OKANOGAN, Wash. (AP) — The massive cloud of smoke began to lift over Washington wildfires on Sunday. But as air quality improves, the fire's behavior could become more erratic and intense, fire officials said.
"It's like a flue opening in a fireplace," said Suzanne Flory, spokeswoman for the U.S. Forest Service and the Rocky Mountain Incident Management Team. "Smoke serves as a cap on the fire."
The Okanogan Complex of wildfires was measured at 374 square miles as of Sunday morning.
Once the smoke lifts, humidity drops, heat rises and fires can flare up.
Flory said they would not know until Sunday night or early Monday how much the fire had grown on Sunday, but as of late afternoon, fire activity had been relatively quiet. Visibility and air quality improved Sunday.
The complex of fires was estimated to be about 10 percent contained as of Sunday morning, fire spokesman Dan Omdal said.
Containment does not mean the fire has stopped burning. It means it has run out of fuel to burn in that area, either because it has hit a man-made fire line, a drop from airplanes of fire retardant, a road or a lake.
Some of the land within the fire lines is still burning, but other sections have burned out.
"We call it a wildfire, but much of the fire has been tamed," Omdal said. "We are making progress,"
The good news for Sunday is that less smoke means restrictions on air travel will be lifted and more fire tankers can drop water and chemical retardant, Flory said.
Air quality, which has been dangerously bad, will also improve when the smoke cloud lifts, but firefighters won't be able to take a breather. "We tell firefighters, if you see blue sky, heads up," Flory said.
Meanwhile, local officials have downgraded some evacuation notices, allowing some people to return to their homes. Thousands remain under evacuation notices.
Sarah Miller, a spokeswoman with Okanogan County Emergency Management, said residents have been warned to stay ready to leave at any time and to not drive around looking at the fires.
"People driving around are getting in the way of fire operations," Miller said.
Steve Surgeon, a mechanic and scrap-metal seller who lost everything he owns except for his home on the outskirts of Okanogan, said he was just happy to be alive.
He stayed in place as the fire raced over a ridge and barreled down toward his home, flames lapping just feet from his back porch.
"I'm alive," he said with a sigh Sunday. "I shouldn't be, but I am — and that's what matters."
Heaps of twisted and charred metal litter his land where the fire burned through. Surgeon estimates he lost more than $100,000 worth of property, including his shop, his motorcycle, several cars, a travel trailer and all of his tools.
"But I have my life and I have my home," he said. "Everything else can be replaced."
Surgeon didn't have any insurance to help cover the cost of what he lost and was hoping the federal government would eventually offer assistance.
"But all my titles to everything were in the shop, and that's burned to the ground," he said. "I guess I'm just going to stay and just try to slowly rebuild."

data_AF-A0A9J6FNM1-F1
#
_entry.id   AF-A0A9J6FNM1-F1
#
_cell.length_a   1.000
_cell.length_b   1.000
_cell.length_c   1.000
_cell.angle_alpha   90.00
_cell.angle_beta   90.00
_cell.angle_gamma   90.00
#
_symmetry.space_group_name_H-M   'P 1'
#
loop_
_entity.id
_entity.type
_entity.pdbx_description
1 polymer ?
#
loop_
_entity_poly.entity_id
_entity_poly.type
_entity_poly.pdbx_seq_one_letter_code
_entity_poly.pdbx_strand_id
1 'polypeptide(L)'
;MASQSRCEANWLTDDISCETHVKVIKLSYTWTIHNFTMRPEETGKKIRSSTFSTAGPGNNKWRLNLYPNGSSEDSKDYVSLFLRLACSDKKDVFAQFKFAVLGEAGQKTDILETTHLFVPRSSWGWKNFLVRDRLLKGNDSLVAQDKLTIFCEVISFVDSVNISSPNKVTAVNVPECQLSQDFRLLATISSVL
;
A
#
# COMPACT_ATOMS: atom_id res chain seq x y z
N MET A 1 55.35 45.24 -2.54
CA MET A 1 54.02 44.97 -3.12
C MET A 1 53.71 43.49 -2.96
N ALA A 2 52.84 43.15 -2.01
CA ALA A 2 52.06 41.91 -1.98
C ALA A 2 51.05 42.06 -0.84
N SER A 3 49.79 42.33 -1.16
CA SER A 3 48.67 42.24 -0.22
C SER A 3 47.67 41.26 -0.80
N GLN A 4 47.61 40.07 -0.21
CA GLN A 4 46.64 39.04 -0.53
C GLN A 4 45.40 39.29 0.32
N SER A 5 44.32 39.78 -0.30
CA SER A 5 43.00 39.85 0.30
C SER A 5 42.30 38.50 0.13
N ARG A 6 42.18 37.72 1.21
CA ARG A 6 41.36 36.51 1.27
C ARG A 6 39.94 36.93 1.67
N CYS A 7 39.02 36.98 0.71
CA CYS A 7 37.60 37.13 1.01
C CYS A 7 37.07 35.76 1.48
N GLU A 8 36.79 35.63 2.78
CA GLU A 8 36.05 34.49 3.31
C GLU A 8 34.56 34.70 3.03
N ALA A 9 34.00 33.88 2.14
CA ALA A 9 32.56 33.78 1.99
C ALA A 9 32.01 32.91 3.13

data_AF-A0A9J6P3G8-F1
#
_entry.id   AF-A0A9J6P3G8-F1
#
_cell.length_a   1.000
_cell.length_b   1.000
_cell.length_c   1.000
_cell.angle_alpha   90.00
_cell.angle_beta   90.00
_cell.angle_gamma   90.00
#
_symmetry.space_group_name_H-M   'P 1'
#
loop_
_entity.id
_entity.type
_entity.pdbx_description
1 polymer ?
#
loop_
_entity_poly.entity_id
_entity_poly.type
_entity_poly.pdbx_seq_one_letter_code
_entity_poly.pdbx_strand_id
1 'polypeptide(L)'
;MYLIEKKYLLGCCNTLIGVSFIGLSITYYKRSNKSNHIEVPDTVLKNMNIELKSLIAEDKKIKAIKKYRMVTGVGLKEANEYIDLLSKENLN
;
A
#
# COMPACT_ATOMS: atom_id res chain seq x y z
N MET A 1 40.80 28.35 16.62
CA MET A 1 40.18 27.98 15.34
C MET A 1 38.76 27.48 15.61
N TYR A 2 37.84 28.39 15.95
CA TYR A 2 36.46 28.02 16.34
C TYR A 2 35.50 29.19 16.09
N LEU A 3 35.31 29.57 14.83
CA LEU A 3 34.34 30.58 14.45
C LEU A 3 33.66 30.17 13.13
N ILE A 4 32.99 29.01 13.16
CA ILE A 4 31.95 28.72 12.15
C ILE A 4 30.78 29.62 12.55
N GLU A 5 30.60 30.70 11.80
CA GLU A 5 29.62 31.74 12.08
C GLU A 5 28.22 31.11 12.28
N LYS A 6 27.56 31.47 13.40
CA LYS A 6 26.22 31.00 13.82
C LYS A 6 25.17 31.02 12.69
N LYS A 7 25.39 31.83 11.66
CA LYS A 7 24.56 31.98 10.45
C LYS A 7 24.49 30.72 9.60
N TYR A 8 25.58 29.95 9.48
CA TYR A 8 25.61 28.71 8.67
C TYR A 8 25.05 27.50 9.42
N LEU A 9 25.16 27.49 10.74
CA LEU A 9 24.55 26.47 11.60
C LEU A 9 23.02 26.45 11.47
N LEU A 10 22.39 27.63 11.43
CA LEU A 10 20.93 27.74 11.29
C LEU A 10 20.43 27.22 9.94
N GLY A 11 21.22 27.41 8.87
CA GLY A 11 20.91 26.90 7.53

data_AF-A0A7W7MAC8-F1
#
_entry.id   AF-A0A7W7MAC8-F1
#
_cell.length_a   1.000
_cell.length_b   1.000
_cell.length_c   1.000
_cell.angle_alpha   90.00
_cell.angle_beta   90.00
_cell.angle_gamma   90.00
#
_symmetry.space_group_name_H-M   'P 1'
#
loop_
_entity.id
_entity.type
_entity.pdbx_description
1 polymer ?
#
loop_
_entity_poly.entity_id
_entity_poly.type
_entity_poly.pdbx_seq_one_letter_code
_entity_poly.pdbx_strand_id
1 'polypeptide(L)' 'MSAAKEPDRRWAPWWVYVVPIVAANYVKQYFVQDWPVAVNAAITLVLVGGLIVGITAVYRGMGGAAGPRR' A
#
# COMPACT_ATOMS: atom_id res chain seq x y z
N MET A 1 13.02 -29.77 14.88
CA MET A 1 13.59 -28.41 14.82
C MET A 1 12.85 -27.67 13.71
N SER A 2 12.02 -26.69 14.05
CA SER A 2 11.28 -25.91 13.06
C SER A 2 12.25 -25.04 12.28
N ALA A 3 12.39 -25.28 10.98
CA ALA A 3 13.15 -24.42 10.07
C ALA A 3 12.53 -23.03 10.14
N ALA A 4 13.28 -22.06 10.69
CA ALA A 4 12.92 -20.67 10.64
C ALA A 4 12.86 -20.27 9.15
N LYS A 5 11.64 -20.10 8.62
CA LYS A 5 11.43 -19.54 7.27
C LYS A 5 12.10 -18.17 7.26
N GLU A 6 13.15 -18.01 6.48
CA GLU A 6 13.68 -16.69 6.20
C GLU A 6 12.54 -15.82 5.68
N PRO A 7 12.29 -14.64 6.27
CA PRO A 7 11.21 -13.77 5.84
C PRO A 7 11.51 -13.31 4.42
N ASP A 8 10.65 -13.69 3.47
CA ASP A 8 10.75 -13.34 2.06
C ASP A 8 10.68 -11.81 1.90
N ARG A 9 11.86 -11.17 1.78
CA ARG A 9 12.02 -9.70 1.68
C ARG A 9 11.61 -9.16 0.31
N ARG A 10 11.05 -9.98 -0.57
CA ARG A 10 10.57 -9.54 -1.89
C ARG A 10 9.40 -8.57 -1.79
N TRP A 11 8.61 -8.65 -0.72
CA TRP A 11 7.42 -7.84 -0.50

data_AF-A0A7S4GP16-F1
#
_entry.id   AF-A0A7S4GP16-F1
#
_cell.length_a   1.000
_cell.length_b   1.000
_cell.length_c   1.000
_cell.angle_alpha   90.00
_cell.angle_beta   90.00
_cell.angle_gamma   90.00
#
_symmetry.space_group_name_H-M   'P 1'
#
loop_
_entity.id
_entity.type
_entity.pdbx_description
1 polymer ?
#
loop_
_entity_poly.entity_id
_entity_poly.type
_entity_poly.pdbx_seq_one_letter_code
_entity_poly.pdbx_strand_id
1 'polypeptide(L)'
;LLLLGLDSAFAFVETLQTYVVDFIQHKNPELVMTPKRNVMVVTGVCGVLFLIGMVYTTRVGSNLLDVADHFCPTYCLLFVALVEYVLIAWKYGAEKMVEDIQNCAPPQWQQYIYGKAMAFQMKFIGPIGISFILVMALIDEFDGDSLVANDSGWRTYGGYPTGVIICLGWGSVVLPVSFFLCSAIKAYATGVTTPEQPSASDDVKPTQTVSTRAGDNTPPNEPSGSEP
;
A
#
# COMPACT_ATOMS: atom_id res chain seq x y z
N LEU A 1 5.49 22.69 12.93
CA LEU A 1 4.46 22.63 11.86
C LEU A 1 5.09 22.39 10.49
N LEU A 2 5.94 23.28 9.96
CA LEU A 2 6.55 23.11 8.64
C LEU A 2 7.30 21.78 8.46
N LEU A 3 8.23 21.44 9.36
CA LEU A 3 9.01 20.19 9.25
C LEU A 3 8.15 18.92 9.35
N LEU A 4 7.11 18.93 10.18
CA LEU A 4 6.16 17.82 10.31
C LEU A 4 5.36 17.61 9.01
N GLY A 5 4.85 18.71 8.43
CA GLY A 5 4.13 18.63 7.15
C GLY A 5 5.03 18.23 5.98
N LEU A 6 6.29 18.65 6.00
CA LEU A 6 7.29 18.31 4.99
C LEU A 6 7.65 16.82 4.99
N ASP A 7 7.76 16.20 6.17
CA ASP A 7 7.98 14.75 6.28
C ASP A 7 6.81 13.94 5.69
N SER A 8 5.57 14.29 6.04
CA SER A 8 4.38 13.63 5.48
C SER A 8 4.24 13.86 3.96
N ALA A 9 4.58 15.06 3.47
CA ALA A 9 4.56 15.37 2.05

Three firefighters injured Wednesday in a fire near Twisp, Washington, are recuperating at home after being released from the hospital, according to the Washington Department of Natural Resources. A fourth injured firefighter remains in critical condition at Harborview Medical Center in Seattle, a hospital spokeswoman said Sunday. Three others were killed in the fire.
On Sunday evening, the state Department of Health said that should nearby wildfires reach the site of a now-defunct uranium mine in Stevens County in eastern Washington, the smoke won't be any more toxic than the standard smoke from a wildfire.
In an announcement, the department said that radioactive materials at the Midnight Mine, which is about three miles northwest of Wellpinit on the Spokane Reservation, "won't exacerbate the dangers of wildfire smoke if the fires overtake the site as the naturally occurring radioactive material stays in its original rock form and does not burn."
Nevertheless, the department said, people in the area should take the same precautions as they would with any other kind of smoky air. "People are encouraged to remain indoors to avoid breathing smoky air, which can cause coughing, chest pain and shortness of breath in healthy people," the announcement said.
Meanwhile, a new firefighting mobilization center is being set up at Fairchild Air Force Base near Spokane to help fight wildfires in Washington state. The base will be the staging area for 20 large fire engines and 10 water takers and will be run by a team from San Diego.
The new firefighting resources come one day after the Obama administration approved Washington Gov. Jay Inslee's request for a federal emergency declaration to help firefighting efforts in the eastern part of the state.
The new fire engines are coming from Utah, Nevada, Arizona and Colorado, Inslee's office said.
Sixteen large wildfires are burning across central and eastern Washington, covering more than 920 square miles. More than 200 homes have been destroyed, and more than 12,000 homes and thousands of other structures remain threatened.
More than 1,000 people were fighting just the Okanogan Complex of fires on Sunday.
Blankinship reported from Seattle.
A reference in the third paragraph to the growth of the fire on Saturday was removed.